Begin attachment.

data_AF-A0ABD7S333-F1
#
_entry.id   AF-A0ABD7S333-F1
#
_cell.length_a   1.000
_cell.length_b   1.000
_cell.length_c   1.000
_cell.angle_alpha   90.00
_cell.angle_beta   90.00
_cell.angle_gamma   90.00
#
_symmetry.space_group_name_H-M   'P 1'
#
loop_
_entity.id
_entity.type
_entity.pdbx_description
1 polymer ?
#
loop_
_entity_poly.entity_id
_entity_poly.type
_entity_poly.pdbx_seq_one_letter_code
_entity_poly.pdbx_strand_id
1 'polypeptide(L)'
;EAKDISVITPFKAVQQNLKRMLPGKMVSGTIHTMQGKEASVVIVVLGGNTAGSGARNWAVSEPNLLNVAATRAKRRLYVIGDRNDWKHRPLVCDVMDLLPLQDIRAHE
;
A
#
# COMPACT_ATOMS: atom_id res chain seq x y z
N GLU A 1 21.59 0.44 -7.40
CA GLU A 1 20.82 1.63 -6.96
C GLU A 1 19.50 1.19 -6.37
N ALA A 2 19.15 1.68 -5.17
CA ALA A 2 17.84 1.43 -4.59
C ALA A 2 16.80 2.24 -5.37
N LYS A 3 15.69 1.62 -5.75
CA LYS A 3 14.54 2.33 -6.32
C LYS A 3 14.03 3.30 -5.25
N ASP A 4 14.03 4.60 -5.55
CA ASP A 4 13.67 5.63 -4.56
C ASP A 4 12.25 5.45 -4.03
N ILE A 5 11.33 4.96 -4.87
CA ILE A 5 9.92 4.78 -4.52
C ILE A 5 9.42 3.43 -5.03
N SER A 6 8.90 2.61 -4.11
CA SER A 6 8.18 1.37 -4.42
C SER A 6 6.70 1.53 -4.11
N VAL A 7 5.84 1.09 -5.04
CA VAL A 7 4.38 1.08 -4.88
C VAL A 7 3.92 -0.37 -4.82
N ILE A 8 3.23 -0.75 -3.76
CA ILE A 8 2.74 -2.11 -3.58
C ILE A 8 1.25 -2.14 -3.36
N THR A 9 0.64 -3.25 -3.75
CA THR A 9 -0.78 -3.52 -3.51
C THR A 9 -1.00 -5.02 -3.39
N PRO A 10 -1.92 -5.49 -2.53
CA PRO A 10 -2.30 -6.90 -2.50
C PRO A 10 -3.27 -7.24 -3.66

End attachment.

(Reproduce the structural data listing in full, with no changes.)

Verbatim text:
data_AF-A0ABD7S333-F1
#
_entry.id   AF-A0ABD7S333-F1
#
_cell.length_a   1.000
_cell.length_b   1.000
_cell.length_c   1.000
_cell.angle_alpha   90.00
_cell.angle_beta   90.00
_cell.angle_gamma   90.00
#
_symmetry.space_group_name_H-M   'P 1'
#
loop_
_entity.id
_entity.type
_entity.pdbx_description
1 polymer ?
#
loop_
_entity_poly.entity_id
_entity_poly.type
_entity_poly.pdbx_seq_one_letter_code
_entity_poly.pdbx_strand_id
1 'polypeptide(L)'
;EAKDISVITPFKAVQQNLKRMLPGKMVSGTIHTMQGKEASVVIVVLGGNTAGSGARNWAVSEPNLLNVAATRAKRRLYVIGDRNDWKHRPLVCDVMDLLPLQDIRAHE
;
A
#
# COMPACT_ATOMS: atom_id res chain seq x y z
N GLU A 1 21.59 0.44 -7.40
CA GLU A 1 20.82 1.63 -6.96
C GLU A 1 19.50 1.19 -6.37
N ALA A 2 19.15 1.68 -5.17
CA ALA A 2 17.84 1.43 -4.59
C ALA A 2 16.80 2.24 -5.37
N LYS A 3 15.69 1.62 -5.75
CA LYS A 3 14.54 2.33 -6.32
C LYS A 3 14.03 3.30 -5.25
N ASP A 4 14.03 4.60 -5.55
CA ASP A 4 13.67 5.63 -4.56
C ASP A 4 12.25 5.45 -4.03
N ILE A 5 11.33 4.96 -4.87
CA ILE A 5 9.92 4.78 -4.52
C ILE A 5 9.42 3.43 -5.03
N SER A 6 8.90 2.61 -4.11
CA SER A 6 8.18 1.37 -4.42
C SER A 6 6.70 1.53 -4.11
N VAL A 7 5.84 1.09 -5.04
CA VAL A 7 4.38 1.08 -4.88
C VAL A 7 3.92 -0.37 -4.82
N ILE A 8 3.23 -0.75 -3.76
CA ILE A 8 2.74 -2.11 -3.58
C ILE A 8 1.25 -2.14 -3.36
N THR A 9 0.64 -3.25 -3.75
CA THR A 9 -0.78 -3.52 -3.51
C THR A 9 -1.00 -5.02 -3.39
N PRO A 10 -1.92 -5.49 -2.53
CA PRO A 10 -2.30 -6.90 -2.50
C PRO A 10 -3.27 -7.24 -3.66